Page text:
Originally published February 2019
Updated February 2023
It’s February again, and lovebirds all over the United States are preparing to celebrate with flowers, candy, and maybe even a beautiful engagement ring. It’s easy to get swept up in the romance of getting married, and planning a wedding can be one of the most fun and joyful times in a person’s life.
But before you light the unity candle, say “I do,” jump the broom, or break the glass — make sure you’ve done your financial homework together.
If you go through pre-marital financial counseling, you’ll learn that effective communication is one key to a healthy relationship.
The sooner you learn to talk openly and honestly about money, the better.
Some couples struggle with where to start and how to structure the pre-marital financial conversation. Learning about your intended’s goals and priorities is a good jumping-off point. After that, you’ll need to get into the nitty-gritty of what you each own, what you each owe, and your credit.
Start your conversation by asking a simple question of each other: “What financial goals are important for us to achieve in the next 3 years, 15 years, and 30 years?”
Those goals might include buying a home, starting a family, saving for kids’ college, paying off debt, starting a business, or saving for retirement.
It’s vital for you to know what matters to your spouse-to-be (and vice versa). If you don’t know where you’re headed, how will you work as a team to get there?
You’ll likely realize that you are not on the same financial page in all respects — and this is where loving, open, and honest communication will be important.
Will you have to put a dream on hold so debt can be paid off? Will you need to adjust your ambitions for that huge house in the suburbs? Will it take longer to pay off your student loans than you anticipated? Is there a goal that really matters to him or her that wasn’t even on your radar?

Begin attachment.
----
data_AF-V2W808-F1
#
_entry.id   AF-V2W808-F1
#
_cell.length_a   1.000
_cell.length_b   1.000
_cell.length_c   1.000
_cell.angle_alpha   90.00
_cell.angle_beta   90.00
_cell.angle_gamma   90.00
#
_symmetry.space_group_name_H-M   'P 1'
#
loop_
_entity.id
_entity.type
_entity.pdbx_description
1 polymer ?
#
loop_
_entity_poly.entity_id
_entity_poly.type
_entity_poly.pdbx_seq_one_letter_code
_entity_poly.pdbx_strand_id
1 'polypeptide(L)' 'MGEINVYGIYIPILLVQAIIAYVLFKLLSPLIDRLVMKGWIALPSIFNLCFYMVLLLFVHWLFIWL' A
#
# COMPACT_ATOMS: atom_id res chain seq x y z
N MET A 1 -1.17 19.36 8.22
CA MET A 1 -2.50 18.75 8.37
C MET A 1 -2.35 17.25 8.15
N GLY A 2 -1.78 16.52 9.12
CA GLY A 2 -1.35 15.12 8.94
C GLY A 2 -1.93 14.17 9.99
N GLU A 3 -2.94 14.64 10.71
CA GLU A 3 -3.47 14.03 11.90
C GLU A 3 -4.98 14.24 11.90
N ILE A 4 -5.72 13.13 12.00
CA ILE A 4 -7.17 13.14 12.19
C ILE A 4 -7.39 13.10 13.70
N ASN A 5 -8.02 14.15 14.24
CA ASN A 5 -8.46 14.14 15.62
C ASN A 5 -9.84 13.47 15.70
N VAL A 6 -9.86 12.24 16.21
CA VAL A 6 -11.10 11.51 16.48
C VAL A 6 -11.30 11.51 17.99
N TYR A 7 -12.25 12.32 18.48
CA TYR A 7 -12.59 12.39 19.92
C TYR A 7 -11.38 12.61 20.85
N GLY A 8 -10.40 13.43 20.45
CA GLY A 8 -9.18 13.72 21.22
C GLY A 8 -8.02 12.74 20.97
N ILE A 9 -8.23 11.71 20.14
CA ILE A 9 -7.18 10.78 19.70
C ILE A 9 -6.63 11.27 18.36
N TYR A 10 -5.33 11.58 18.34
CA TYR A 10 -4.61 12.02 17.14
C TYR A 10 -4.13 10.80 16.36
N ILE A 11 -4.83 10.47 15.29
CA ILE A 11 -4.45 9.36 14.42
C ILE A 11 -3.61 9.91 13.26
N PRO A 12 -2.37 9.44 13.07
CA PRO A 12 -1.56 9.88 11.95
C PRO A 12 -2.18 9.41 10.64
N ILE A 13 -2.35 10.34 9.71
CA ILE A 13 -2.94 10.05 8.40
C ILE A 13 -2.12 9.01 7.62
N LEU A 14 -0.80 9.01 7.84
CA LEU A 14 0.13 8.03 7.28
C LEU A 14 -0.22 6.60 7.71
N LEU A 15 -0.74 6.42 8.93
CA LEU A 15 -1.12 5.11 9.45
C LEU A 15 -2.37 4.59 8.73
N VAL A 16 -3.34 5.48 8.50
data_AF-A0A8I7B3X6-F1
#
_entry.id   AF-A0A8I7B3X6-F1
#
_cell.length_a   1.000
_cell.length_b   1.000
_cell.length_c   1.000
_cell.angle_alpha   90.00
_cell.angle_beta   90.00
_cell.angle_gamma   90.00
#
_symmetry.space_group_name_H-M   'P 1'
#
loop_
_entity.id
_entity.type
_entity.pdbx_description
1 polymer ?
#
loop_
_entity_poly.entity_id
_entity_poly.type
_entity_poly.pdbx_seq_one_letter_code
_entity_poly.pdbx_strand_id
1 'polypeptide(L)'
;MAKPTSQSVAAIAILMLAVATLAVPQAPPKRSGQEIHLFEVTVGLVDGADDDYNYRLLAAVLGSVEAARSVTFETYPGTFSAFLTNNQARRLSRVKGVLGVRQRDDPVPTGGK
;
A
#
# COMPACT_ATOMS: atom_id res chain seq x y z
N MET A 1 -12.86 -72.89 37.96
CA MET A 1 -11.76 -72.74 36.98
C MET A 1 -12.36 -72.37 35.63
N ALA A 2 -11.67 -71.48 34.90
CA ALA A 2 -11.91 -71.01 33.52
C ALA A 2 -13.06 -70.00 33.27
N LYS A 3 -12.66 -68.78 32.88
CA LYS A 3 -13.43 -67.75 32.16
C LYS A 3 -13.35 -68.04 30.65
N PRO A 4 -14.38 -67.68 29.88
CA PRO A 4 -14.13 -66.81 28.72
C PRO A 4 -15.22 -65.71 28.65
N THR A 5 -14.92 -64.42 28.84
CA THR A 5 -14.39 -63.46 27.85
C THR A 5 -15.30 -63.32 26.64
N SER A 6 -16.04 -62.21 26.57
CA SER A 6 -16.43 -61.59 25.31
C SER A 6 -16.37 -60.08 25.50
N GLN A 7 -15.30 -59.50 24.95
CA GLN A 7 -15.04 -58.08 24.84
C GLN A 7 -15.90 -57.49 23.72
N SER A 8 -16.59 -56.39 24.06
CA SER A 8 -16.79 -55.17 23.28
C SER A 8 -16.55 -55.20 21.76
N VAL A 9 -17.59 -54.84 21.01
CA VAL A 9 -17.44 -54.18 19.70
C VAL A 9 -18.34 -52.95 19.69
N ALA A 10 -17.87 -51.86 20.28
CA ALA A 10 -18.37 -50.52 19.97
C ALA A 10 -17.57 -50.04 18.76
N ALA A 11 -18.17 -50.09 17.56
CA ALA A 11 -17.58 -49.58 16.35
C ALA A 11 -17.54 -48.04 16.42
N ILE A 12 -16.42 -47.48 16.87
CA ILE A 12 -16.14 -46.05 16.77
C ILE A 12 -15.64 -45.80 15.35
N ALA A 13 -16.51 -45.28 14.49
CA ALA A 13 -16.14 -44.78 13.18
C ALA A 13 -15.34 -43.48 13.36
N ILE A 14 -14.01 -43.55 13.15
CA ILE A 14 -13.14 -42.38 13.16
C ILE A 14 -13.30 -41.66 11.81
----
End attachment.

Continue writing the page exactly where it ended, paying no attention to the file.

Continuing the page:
Work as a team to narrow down your short-, medium-, and long-term goals to a list of financial goals you both can agree on.
When you marry, you’ll share more than a life, home, family, or name. You’ll also share each other’s income, assets, debt burden, and (to some extent) credit scores.
Now is the time to share with your intended what you own, what you owe, and how creditworthy you are (or aren’t).
The process of sharing information about assets generally doesn’t lead to too many nasty surprises. Just make sure you tell your spouse-to-be the nature and approximate value of what you own, including bank accounts, retirement plans, real estate, and business interests.
When it comes to pre-marital financial disclosure, we tend to find more unpleasant surprises on the debt side of the balance sheet.
Where there is debt, be prepared to disclose the identity of the creditor, the outstanding balance, the minimum monthly payment, the expected payoff date, and the interest rate.
If either party’s debt is significant, you’ll need to work as a team to develop a plan for paying it off. Once again, pre-nuptial and post-nuptial agreements may help protect you in the event that your marriage ends in divorce.
Lastly, discuss your credit scores. Most banks and credit cards now offer credit monitoring and will show you your credit score on request.
If you don’t know your credit score, now is a good time to find out what it is. Why? Most major short-term goals for newlyweds (like buying a home or a new car) require a decent credit score. If only one of you has a good score (or neither of you has a good score), find out now so you can plan to build up your credit over time.
Most people cringe at the idea of talking about money.
Some women may have even been taught that they are bad with money and that the best thing to do is to let their spouse handle the finances completely.
But buying into the idea that money is taboo or only one spouse should handle the money is likely to set you up for disappointment and distress.
By following these tips, you’ll instead be prepared to communicate openly, honestly, and lovingly about money. There are plenty of things to disagree about in marriage — don’t let money be one of them.
Are you ready to make a Financial Plan for your new family?